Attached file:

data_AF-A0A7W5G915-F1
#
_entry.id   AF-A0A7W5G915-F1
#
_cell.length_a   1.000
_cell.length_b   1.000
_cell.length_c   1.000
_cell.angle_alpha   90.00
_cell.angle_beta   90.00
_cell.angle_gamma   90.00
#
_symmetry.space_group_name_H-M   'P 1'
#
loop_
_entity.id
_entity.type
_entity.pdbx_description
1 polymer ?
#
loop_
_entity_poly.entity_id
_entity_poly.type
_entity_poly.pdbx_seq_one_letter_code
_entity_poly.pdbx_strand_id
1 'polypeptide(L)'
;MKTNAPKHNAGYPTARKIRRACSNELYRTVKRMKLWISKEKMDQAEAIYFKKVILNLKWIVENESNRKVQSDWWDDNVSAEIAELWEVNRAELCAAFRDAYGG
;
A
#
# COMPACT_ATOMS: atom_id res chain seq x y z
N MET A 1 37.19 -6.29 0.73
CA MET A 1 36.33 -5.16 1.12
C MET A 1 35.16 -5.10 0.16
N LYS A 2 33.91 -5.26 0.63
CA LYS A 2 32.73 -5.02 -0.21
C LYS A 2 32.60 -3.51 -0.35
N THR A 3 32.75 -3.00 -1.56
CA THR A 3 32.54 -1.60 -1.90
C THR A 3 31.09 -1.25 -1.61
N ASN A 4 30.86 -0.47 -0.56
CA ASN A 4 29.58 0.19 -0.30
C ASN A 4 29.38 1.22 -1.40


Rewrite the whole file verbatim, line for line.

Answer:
data_AF-A0A7W5G915-F1
#
_entry.id   AF-A0A7W5G915-F1
#
_cell.length_a   1.000
_cell.length_b   1.000
_cell.length_c   1.000
_cell.angle_alpha   90.00
_cell.angle_beta   90.00
_cell.angle_gamma   90.00
#
_symmetry.space_group_name_H-M   'P 1'
#
loop_
_entity.id
_entity.type
_entity.pdbx_description
1 polymer ?
#
loop_
_entity_poly.entity_id
_entity_poly.type
_entity_poly.pdbx_seq_one_letter_code
_entity_poly.pdbx_strand_id
1 'polypeptide(L)'
;MKTNAPKHNAGYPTARKIRRACSNELYRTVKRMKLWISKEKMDQAEAIYFKKVILNLKWIVENESNRKVQSDWWDDNVSAEIAELWEVNRAELCAAFRDAYGG
;
A
#
# COMPACT_ATOMS: atom_id res chain seq x y z
N MET A 1 37.19 -6.29 0.73
CA MET A 1 36.33 -5.16 1.12
C MET A 1 35.16 -5.10 0.16
N LYS A 2 33.91 -5.26 0.63
CA LYS A 2 32.73 -5.02 -0.21
C LYS A 2 32.60 -3.51 -0.35
N THR A 3 32.75 -3.00 -1.56
CA THR A 3 32.54 -1.60 -1.90
C THR A 3 31.09 -1.25 -1.61
N ASN A 4 30.86 -0.47 -0.56
CA ASN A 4 29.58 0.19 -0.30
C ASN A 4 29.38 1.22 -1.40